• Over-sensitivityto what others say and do.

  • Difficulties in thinking, concentrationand decision making.Depressed people can’t focus and complain of muddled thinking and forgetfulness. They feel as if gloom and doom hang over them all the time.

  • Difficultiesin managing emotions and everyday situations.Depressed people are almost always frustrated and angry.

  • Feelings of guilt or regret….either real or imagined.

  • Creates a strongsense of dependencyupon others.

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Resilience In Mental Health

When you have resilience, you harness inner strength that helps you bounce back from difficult stressors. Resilience is defined as the capacity to recover quickly from difficulties; toughness.  

 

Resilience does not make problems go away — but gives us the ability to see past them, find enjoyment in life and better handle stress. 

In the mental health world resilience can help improve ability to cope and handel difficult situations. Below are a few ways we can build resilience. 

 

Ways to build resilience 

Get Connected: Building strong, positive relationships can provide support and acceptance in both good times and bad. 

Maintain Hopeful Outlook: We can't change the past, but we can keep hopeful towards our future. 

Accept Change: Accepting situations that can't be changed can help us focus on situations that we do have control over.

Take Care Of Yourself- Pay attention to your own needs and feelings. Engage in activities that you enjoy and find relaxing.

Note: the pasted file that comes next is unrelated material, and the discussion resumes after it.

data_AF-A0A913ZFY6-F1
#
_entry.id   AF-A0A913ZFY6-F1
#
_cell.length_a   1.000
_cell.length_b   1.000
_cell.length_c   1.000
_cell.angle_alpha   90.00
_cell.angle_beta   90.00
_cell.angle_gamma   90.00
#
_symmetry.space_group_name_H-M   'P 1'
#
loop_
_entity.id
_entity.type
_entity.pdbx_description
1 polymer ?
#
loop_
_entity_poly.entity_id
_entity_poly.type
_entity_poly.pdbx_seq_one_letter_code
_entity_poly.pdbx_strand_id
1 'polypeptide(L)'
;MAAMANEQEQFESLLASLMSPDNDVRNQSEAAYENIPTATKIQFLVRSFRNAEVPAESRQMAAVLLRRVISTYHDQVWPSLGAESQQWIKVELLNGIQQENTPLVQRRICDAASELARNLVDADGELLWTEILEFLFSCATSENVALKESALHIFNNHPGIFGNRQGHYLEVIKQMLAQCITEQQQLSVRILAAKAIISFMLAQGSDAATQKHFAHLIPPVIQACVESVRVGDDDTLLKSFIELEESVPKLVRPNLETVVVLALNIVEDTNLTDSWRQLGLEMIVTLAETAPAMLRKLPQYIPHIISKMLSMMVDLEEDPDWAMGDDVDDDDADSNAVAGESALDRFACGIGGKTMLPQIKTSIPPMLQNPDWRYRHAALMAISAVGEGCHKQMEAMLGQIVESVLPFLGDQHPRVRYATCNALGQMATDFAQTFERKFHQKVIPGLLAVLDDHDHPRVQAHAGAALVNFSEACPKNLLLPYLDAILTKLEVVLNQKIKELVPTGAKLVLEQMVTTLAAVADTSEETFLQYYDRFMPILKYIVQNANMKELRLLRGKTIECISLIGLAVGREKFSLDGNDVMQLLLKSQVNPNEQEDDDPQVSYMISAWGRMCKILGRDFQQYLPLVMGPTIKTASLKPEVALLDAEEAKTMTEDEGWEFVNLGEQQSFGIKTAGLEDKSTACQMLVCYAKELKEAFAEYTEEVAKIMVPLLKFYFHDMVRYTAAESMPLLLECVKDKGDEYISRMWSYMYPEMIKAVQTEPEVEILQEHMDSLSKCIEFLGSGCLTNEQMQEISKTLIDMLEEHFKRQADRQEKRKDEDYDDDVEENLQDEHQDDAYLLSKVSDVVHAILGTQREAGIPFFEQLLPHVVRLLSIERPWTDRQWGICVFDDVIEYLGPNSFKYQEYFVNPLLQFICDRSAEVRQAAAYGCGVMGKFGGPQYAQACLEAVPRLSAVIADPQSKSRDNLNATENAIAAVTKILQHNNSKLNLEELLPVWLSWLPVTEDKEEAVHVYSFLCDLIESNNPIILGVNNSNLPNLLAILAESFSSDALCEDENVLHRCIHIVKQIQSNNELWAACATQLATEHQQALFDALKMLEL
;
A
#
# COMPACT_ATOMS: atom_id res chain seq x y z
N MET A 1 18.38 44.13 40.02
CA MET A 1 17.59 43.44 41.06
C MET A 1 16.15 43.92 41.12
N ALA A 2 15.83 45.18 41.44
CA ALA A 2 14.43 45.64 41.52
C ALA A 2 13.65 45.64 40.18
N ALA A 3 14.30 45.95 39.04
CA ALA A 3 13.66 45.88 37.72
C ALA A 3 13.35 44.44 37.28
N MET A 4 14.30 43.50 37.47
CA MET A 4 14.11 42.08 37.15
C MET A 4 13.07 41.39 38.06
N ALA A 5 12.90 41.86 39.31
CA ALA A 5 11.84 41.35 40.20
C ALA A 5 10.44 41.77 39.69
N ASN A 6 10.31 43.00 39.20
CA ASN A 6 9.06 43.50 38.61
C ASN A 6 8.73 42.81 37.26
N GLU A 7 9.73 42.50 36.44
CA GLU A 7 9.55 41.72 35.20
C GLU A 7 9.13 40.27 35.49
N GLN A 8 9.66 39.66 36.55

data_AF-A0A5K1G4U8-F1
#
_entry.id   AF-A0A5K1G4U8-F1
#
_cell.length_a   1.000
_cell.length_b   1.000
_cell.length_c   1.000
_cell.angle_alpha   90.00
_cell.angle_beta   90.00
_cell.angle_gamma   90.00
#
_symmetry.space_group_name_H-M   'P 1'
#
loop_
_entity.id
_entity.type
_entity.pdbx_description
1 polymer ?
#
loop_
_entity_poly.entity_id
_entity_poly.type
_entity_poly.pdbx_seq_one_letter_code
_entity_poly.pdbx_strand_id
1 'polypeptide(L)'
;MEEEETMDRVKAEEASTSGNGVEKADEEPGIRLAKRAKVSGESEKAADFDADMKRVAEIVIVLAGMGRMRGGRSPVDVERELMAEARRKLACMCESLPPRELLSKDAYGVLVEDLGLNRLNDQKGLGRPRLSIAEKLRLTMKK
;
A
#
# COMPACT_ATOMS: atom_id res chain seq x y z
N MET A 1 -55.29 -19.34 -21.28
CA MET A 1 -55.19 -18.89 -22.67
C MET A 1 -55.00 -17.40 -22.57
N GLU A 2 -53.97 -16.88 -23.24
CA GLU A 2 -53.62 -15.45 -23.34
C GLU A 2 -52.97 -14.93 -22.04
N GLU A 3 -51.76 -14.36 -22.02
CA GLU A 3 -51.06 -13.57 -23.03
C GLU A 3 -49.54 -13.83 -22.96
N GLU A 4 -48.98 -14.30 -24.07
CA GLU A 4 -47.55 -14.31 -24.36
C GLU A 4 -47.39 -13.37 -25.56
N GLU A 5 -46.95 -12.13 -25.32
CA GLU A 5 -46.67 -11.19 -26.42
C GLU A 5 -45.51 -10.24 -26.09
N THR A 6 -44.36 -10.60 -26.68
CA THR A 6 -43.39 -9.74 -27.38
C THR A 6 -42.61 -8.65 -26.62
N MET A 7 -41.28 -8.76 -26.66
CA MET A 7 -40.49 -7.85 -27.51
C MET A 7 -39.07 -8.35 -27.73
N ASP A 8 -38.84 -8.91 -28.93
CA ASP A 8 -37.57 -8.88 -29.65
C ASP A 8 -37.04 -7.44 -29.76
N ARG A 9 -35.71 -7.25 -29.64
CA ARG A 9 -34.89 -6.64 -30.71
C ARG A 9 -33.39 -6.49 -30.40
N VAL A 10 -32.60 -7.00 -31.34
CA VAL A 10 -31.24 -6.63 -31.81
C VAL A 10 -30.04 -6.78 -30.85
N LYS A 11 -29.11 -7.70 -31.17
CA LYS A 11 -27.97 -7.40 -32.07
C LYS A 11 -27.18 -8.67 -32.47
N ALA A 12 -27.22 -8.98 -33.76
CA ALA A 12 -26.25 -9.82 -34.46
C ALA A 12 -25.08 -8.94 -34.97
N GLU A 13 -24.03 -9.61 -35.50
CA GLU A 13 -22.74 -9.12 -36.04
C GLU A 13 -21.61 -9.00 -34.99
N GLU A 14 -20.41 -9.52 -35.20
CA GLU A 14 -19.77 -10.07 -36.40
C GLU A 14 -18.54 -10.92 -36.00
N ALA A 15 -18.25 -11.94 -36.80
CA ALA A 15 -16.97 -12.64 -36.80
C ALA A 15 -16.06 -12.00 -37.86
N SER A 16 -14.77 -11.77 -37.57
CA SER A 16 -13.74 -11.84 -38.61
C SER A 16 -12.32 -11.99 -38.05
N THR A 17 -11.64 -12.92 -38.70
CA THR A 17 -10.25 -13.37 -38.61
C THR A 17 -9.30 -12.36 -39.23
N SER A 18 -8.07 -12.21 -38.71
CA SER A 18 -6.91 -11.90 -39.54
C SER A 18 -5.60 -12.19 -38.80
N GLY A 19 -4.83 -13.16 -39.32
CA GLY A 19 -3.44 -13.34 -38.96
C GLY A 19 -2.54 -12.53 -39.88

Make days count:Let's do something that gives us a sense of accomplishment and purpose every day. 

 

Becoming more resilient takes time and practice, and you are worth it!

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Boundaries with Family

Boundaries are rules and limits that you present in your interactions with others. They can be physical, mental, psychological and spiritual. Setting boundaries are essential to healthy relationships and are good mental health practice. It can, however, often be difficult to set boundaries with the people whom we are the closest. Setting and sustaining boundaries with family is a skill that needs practice.  

 

Here are a few helpful ideas on how to set boundaries with family:

 

  • Practice self-awareness- Understand yourself and your needs. Remember your needs and feelings are important. Setting boundaries happens when you understand your feelings and honor them.  

  • Name your limits- You aren't able to set good boundaries if you’re unsure of where you stand. So identify your limits. Ask yourself- What behaviors will I not tolerate? What kind of relationship do I want with my family?